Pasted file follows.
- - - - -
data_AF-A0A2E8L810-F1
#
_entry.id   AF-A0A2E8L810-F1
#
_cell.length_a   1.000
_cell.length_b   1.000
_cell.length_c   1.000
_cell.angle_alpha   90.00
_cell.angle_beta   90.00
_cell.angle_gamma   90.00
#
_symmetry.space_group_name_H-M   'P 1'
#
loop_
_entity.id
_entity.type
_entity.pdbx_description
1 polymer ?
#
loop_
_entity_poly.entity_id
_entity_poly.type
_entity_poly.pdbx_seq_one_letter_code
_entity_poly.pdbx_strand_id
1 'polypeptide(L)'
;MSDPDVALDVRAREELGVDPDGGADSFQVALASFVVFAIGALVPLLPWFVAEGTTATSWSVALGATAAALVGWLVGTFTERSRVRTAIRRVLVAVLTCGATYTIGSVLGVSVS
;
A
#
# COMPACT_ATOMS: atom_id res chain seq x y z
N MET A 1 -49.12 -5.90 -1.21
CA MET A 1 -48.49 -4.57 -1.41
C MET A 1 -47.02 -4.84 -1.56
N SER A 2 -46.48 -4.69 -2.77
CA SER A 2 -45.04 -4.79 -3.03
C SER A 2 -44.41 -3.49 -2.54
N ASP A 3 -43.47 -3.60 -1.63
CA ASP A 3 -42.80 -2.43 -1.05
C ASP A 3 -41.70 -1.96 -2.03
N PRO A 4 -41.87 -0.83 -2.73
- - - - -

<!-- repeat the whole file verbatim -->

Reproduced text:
data_AF-A0A2E8L810-F1
#
_entry.id   AF-A0A2E8L810-F1
#
_cell.length_a   1.000
_cell.length_b   1.000
_cell.length_c   1.000
_cell.angle_alpha   90.00
_cell.angle_beta   90.00
_cell.angle_gamma   90.00
#
_symmetry.space_group_name_H-M   'P 1'
#
loop_
_entity.id
_entity.type
_entity.pdbx_description
1 polymer ?
#
loop_
_entity_poly.entity_id
_entity_poly.type
_entity_poly.pdbx_seq_one_letter_code
_entity_poly.pdbx_strand_id
1 'polypeptide(L)'
;MSDPDVALDVRAREELGVDPDGGADSFQVALASFVVFAIGALVPLLPWFVAEGTTATSWSVALGATAAALVGWLVGTFTERSRVRTAIRRVLVAVLTCGATYTIGSVLGVSVS
;
A
#
# COMPACT_ATOMS: atom_id res chain seq x y z
N MET A 1 -49.12 -5.90 -1.21
CA MET A 1 -48.49 -4.57 -1.41
C MET A 1 -47.02 -4.84 -1.56
N SER A 2 -46.48 -4.69 -2.77
CA SER A 2 -45.04 -4.79 -3.03
C SER A 2 -44.41 -3.49 -2.54
N ASP A 3 -43.47 -3.60 -1.63
CA ASP A 3 -42.80 -2.43 -1.05
C ASP A 3 -41.70 -1.96 -2.03
N PRO A 4 -41.87 -0.83 -2.73